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We are getting started with machine learning (ML)! Are you excited? I hope so.
Machine Learning, at its core, is mainly about finding a good algorithm to learn a mapping between some input and a desired output. However, real-world problems do not start with selecting or even tuning some algorithm, they start with data. Sometimes, you do not even have the data yet! And when you have data, more often than not, the data is not yet ready to be used by an ML algorithm and have to be preprocessed first.
Lucky for you, you will use the tiny and well-prepared Iris data set so you don't have to deal with the many problems of bad data...at least not at the moment!
The Iris data set
Normally you would first have to load the dataset from some source like a database, a webpage, a Rest API or from the file system. Because this is the first bite of the ML learning path and because this is a great opportunity to get started with one of the main ML libraries for Python,
scikit-learn, you will use its resourceful
datasetsmodule. You can directly use
sklearn.datasets.load_iris(). Please have a look at the API to fully understand how this method works.
Familiarize yourself with the return value of
load_iris()and try to answer the questions in the code below. Just follow the provided docstring of each function. In this bite you will verify the information about the iris data set provided by the scikit-learn API. You will learn about ML, supervised and unsupervised learning soon enough, but a good data understanding is priceless for any data driven task.
Warning: Depending on your current level, you can choose to set the parameter
load_iris()returns a numpy
ndarrayinstead of a pandas
DataFrame. It is up to you to work with the chosen data model and to extract the information you are asked for.
The template provided for you assumes that you set
as_frame=Trueand pass the data frame as default value to the provided functions. Thus, you have to decide what to put into the square brackets for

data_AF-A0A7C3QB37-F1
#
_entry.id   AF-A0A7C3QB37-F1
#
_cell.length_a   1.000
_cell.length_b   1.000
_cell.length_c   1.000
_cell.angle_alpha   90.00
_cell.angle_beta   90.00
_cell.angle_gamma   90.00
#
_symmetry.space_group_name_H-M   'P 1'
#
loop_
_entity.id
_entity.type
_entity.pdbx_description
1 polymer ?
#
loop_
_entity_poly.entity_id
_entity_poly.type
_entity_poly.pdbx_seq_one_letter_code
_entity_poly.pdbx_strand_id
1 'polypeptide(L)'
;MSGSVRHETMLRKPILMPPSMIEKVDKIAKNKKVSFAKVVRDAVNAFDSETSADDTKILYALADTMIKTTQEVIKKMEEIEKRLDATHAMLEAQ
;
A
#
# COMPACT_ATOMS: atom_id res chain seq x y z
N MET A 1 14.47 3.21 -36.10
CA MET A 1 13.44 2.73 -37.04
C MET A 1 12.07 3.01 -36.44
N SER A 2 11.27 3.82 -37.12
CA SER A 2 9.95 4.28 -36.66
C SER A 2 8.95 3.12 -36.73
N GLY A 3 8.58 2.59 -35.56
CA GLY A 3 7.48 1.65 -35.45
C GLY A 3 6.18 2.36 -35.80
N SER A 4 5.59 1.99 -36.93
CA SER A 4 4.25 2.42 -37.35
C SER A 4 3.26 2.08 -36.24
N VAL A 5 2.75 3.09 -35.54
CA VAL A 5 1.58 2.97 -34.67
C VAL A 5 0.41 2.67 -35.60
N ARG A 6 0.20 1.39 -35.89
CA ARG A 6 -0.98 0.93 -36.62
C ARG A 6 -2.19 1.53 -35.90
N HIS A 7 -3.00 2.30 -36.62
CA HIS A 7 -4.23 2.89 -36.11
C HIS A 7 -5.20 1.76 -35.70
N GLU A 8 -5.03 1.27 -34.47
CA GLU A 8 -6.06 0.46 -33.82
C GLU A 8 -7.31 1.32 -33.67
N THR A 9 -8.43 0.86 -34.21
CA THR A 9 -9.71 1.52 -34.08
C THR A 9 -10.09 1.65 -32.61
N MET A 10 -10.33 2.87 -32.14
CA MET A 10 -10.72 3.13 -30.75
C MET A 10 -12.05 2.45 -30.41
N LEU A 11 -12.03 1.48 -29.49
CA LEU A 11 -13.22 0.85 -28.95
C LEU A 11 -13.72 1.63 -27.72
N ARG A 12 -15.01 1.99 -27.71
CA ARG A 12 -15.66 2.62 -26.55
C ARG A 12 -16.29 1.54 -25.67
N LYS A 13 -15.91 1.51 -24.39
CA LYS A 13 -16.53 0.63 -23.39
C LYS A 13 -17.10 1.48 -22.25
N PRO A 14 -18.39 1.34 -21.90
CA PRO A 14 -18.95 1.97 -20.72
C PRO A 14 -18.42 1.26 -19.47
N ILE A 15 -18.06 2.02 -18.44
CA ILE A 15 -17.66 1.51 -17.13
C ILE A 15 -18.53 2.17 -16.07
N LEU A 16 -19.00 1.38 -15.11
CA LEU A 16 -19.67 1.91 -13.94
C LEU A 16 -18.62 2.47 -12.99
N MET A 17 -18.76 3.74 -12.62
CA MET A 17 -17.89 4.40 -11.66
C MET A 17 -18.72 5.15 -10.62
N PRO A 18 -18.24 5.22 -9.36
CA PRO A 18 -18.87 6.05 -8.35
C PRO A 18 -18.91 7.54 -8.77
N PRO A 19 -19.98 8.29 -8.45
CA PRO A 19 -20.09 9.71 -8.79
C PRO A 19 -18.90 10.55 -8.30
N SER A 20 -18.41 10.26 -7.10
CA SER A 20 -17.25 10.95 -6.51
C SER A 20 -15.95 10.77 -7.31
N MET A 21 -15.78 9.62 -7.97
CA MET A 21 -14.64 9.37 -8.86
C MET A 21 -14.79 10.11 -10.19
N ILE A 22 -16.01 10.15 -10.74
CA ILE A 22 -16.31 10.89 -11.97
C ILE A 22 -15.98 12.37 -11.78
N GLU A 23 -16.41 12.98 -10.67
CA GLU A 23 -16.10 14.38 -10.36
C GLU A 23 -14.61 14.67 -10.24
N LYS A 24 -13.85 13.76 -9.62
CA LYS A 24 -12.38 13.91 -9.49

IRIS_DATA[...]. If you want to go with numpy, this is of course obsolete.
Classes 3 Samples per class 50 Samples total 150 Dimensionality 4 Features real, positive Missing Attribute Values None Class Distribution 33.3% for each of 3 classes.
Feature min max mean std corr sepal length 4.3 7.9 5.84 0.83 0.7826 sepal width 2.0 4.4 3.05 0.43 -0.4194 petal length 1.0 6.9 3.76 1.76 0.9490 (high!) petal width 0.1 2.5 1.20 0.76 0.9565 (high!)
If you are curious to learn more, feel stuck or want to explore the world of ML a little bit(e) more, have a look at these resources. They are carefully selected to support you on your learning path.
- ML Glossary: Really helpful resource if you want to refresh a topic or the meaning of a term.
- Elements of AI: A wonderful, very high quality course about Artificial Intelligence (AI) and the role of ML in relation to AI. You can even get a certificate!
- Scikit-learn Cheatsheet: This cheatsheet will help you find the right model for your problem at hand.
- Choosing the Right ML algorithm: This article by Rajat Harlalka is a good and short summary of the most important points when working on a ML problem. It can help you identify areas you want to further explore.